A Film with Subtle Message of Feudalism that Still Exists in Rural India Despite the Digital Age
This Friday, you have two movies releasing this Friday, which include Chauranga. The film is directed and written by Bikas Ranjan Mishra who has made his debut in filmmaking in B Town. It is produced by Onir and Sanjay Suri under the banner of Anticlock Films. The film has already created buzz in the media for being applauded at the global film festival events like Berlin International Film Festival and Locarno Film Festival and the ScriptStation of Berlinale Talent Campus that came in association of National Film Development Corporation of India. The film managed to get the Golden Gateway of India Award for Best Film at the 16th Mumbai Film Festival. The film has Sanjay Suri, Tannishtha Chatterjee and Soham Maitra in the lead roles. Now, let’s have a look inside this film as under:
There is a 14 year old Dalit boy played by Soham Maitra is seen growing up in an unnamed corner of India. His aspires to going to a town school unlike his elder brother played by Riddhi Sen and in reality, he is keen to take care of a pig that his family owns. He has only one escape in his life wherein he sits atop a Jamun tree and loves to adore his beloved played by Ena Saha when she passes by on her scooter. His unspoken love is as real as his mother’s helplessness who is a domestic helper at a close by mansion. When his elder brother comes for a vacation at his village, he realises his younger brother’s infatuation, he then helps in expressing his love for the girl and thus helps him write a love letter. Now, what happens next is interesting to explore.
The director helps the audience to get a view of social microcosm found in rural Bihar wherein the world is divided as per the class and caste systems. Despite the end of feudalism, the village has the same setup of mismatch caste systems, day to day discrimination, exploitation and humiliation of women as per the caste. The myriad characters found in the film do not just exist in the village has hampers the social fabrics and its power play. Mishra is seen trying to weave with little details along with adding a love angle in it, which can remind a couple of movies in the past. However, the social message the filmmaker is trying to make here makes the film a masterpiece, which is being applauded at different film festivals.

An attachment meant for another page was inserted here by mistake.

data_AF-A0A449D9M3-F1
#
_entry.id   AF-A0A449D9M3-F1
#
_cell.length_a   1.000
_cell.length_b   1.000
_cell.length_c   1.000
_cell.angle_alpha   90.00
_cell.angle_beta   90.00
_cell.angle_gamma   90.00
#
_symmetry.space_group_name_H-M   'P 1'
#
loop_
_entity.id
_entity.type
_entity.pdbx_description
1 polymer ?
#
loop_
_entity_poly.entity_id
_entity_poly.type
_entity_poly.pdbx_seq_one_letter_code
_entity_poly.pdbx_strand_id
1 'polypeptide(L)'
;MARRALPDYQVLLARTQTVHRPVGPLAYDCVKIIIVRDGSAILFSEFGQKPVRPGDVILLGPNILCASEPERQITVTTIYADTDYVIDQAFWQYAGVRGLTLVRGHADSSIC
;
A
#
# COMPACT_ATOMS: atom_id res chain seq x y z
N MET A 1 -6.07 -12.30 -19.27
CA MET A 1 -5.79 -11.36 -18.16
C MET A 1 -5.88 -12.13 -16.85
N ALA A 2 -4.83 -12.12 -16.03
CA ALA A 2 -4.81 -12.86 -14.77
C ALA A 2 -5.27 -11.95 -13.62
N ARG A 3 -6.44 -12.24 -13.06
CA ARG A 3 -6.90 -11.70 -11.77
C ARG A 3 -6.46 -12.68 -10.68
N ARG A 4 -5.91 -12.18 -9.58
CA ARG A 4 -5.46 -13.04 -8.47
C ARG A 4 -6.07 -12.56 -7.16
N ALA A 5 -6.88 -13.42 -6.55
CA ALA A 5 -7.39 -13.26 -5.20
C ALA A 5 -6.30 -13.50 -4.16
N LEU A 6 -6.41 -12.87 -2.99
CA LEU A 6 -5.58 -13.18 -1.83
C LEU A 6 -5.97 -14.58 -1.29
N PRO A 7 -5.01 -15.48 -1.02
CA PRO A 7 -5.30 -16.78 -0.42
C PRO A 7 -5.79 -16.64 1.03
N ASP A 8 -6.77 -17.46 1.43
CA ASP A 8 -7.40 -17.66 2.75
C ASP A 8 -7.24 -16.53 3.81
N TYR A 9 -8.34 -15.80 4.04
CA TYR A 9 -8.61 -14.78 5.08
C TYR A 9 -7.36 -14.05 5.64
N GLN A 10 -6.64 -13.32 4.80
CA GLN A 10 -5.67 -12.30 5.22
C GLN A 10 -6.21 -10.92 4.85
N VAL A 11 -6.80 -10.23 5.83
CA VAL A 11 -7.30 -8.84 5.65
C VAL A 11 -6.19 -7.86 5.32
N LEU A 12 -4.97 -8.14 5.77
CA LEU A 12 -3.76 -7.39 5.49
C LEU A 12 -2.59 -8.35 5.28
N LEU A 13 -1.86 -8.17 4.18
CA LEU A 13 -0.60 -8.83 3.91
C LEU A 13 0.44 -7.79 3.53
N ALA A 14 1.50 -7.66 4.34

Star Performances & Other Stuff
The film is all about giving the audience a strong message, which is free from loads of star value unlike seen in any other B Town film. Thus to check the performances of the characters would be a bit weird thing to do. Yet checking the performances like that of Sanjay Suri in the role of a Zamindar have tried to put the shoes the right posing the right accent and body language of rural landlord. Next is the village priest who is played by Dhritiman Chatterjee who did a wonderful role in it giving a right performance over the silver screen. Both the sons Bajrani and Santu played by Ridhi Sen and Soham Maitra can be called as a fulcrum of home and hopeless scenario. The direction is mind blowing considering the fact that the film has as debutant director, yet the kind of applauds he has managed to collect for the film is noteworthy. The other elements like music, screenplay, editing, location and other technical stuff remain apt and makes a worthy film to catch.
Chauranga – Last Word
Chauranga can be called as cryptic, dark and provocative kind of look and feel wherein issues like cast oppression is put forth in the perspective of a young innocent boy. This film can be called as similar like Nishant from Shyam Benegal and Damul from Prakash Jha, but this film looks more murky and clumsy. You can find too much of pushing, fondling and touching, which may not appear to be apt, yet the kind of message it gives to the audience it worthy to be caught in the theatres.